Yes, I’m back from a fun, exhausting trip to Disneyland. And yes, my vacation inspired a blog post. You’re not surprised, are you?
Anyone who has visited a Disney park knows they aren’t like other amusement parks. They don’t have the fastest, highest, biggest rides. What they do have are rides that tell a story.
My favorite ride at Disneyland is Indiana Jones Adventure. Like most of their big rides, Indiana Jones is all about the experience.
The story starts with the plants around the first 30 feet of the line—tall and green—and we’re immediately transported to the jungle. A few props of a battered jeep-type vehicle and crates add to the expedition feel.
Then we descend into the Temple of the Forbidden Eye. Signs warn us to avoid stepping on diamond-shaped stones. Arrow holes perforate the stone walls. Lights flicker ominously. More props decorate the space—rope ladders, hoists and pulleys, tree roots growing through the Temple’s ceiling.
All this is just while we’re waiting in line.
By the time we reach the actual ride, we’re primed for the story. We’re fully invested in this world and ready to participate in Indiana’s latest adventure of escaping this Temple.
How Does Disney Do It?
- The Big Picture: Many of the buildings used for their rides fit the story. The broken-down hotel for Tower of Terror. The house for Haunted Mansion. The airplane hanger for Soarin’ Over California. The setting matches the story.
- Details: The details flesh out the world, creating a place to explore. Props add a dynamic quality by making it seem like people live in this world and it’s not just a static building. In the ElecTRONica nighttime event at Disneyland’s California Adventure park, the replica of Flynn’s video arcade from the Tron movies isn’t perfect, as they didn’t build a custom building for the attraction. However, the details— “windows” at the second floor for Flynn’s hangout, 80s video games and music, the original Tron game under the neon sign seen in Tron: Legacy—are all enough to make us believe in the facade. Details bring a world to life.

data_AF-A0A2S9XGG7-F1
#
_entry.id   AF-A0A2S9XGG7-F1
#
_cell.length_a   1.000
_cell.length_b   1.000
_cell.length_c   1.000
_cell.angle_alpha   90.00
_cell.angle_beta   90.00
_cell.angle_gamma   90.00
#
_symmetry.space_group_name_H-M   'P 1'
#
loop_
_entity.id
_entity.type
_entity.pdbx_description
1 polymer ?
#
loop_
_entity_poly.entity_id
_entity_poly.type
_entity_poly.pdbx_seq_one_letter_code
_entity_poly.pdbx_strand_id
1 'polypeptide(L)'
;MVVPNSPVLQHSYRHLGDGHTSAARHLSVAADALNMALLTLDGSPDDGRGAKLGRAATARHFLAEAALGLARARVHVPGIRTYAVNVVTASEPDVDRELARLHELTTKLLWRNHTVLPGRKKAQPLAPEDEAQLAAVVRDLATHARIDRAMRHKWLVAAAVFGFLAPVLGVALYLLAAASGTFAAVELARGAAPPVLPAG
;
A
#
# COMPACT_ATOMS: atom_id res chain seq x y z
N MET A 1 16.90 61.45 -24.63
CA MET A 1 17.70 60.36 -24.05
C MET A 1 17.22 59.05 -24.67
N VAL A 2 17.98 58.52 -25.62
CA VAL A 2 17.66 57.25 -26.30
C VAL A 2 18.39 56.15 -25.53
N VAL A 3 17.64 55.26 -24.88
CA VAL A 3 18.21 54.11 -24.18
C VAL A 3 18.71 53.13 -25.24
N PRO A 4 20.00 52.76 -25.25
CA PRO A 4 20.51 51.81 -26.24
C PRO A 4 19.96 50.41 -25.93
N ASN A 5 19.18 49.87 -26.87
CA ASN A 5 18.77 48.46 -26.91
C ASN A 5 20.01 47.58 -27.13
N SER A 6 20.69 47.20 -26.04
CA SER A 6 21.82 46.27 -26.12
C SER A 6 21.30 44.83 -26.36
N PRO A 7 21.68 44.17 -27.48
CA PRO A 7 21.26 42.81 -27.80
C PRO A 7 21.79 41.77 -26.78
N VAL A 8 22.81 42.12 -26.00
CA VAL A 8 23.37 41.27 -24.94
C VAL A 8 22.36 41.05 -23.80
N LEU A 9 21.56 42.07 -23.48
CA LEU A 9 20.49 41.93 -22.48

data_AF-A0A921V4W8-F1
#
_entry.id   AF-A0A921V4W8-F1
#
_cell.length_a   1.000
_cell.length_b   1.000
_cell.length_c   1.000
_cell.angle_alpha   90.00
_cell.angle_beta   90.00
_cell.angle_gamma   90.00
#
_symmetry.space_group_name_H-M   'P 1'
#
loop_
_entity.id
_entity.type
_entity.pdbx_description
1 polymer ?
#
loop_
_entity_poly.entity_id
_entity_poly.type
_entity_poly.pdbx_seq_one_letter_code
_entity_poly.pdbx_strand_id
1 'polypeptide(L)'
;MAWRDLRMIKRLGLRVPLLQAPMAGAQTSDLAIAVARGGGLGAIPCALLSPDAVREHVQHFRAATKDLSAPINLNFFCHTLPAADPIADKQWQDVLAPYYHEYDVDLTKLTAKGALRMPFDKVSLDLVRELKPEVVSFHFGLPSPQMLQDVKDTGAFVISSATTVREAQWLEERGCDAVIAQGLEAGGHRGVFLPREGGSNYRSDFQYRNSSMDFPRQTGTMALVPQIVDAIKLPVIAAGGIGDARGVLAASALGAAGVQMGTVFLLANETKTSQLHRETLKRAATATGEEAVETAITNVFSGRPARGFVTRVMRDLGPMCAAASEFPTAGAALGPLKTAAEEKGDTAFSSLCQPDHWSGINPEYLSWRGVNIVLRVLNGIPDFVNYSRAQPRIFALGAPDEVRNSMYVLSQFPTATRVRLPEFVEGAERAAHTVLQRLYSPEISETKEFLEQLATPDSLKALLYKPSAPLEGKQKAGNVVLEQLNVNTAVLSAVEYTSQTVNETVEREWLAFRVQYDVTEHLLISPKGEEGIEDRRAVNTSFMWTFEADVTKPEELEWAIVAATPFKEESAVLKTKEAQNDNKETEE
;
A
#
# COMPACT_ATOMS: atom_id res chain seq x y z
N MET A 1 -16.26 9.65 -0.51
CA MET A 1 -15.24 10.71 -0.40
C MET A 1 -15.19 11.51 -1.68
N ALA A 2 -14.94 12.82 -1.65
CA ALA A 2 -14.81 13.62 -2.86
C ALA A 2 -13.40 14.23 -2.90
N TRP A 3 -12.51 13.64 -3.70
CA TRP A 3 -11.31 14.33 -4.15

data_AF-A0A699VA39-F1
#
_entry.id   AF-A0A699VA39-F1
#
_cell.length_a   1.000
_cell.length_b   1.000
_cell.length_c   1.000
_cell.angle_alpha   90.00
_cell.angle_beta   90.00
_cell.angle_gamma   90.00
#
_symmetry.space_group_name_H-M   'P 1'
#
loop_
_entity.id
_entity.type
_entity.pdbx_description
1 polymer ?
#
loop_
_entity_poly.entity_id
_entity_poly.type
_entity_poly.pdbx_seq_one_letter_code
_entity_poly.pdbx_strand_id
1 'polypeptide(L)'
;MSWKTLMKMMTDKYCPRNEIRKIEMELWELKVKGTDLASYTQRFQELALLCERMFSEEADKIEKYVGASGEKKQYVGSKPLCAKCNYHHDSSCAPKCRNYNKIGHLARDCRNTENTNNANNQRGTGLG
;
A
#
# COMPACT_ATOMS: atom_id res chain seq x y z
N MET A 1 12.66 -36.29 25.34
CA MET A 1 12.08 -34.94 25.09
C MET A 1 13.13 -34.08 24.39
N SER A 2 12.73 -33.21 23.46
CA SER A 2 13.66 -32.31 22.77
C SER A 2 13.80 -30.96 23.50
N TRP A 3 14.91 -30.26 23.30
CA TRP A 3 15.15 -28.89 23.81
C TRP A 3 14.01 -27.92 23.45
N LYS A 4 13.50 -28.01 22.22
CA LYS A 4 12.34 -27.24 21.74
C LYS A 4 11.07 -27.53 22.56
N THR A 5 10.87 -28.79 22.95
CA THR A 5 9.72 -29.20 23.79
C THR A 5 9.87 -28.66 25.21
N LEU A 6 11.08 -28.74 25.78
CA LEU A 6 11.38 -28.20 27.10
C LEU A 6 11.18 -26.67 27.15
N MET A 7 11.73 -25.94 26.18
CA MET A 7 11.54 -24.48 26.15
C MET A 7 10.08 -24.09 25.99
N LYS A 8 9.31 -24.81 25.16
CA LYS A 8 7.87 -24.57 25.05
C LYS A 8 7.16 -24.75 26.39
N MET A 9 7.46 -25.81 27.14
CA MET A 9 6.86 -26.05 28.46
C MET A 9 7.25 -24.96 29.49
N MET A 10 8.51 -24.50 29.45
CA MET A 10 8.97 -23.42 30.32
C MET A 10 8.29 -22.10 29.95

- Consistency: Nothing breaks the spell. Even the video for the safety spiel of Indiana Jones Adventure is “in character.” In Flynn’s, the Disney employees wear “Flynn’s” and “Flynn Lives” t-shirts. There’s a reason Disney calls their employees “cast members.” Every employee is expected to play their part and contribute to the guests’ experience. Keep them in the story.
World-building the Disney Way
All of those points also work for writers when world-building. Whether that world is Regency England, a vampire’s hideout, or present-day Seattle, we have to make readers believe we’ve created a real world, populated by real characters.
- Create a setting that makes sense for the story.
- Use all the senses to make the setting feel tangible.
- Start world-building from page one, not with an information dump, but by gradually adding and layering details.
- Flesh out the world with props, characters, and unique aspects.
- And most importantly, never, ever, pull a reader out of the story.
Have you been to a Disney park? Can you think of other ways Disney creates a full experience? Can you think of other rides or attractions that made you feel part of a story?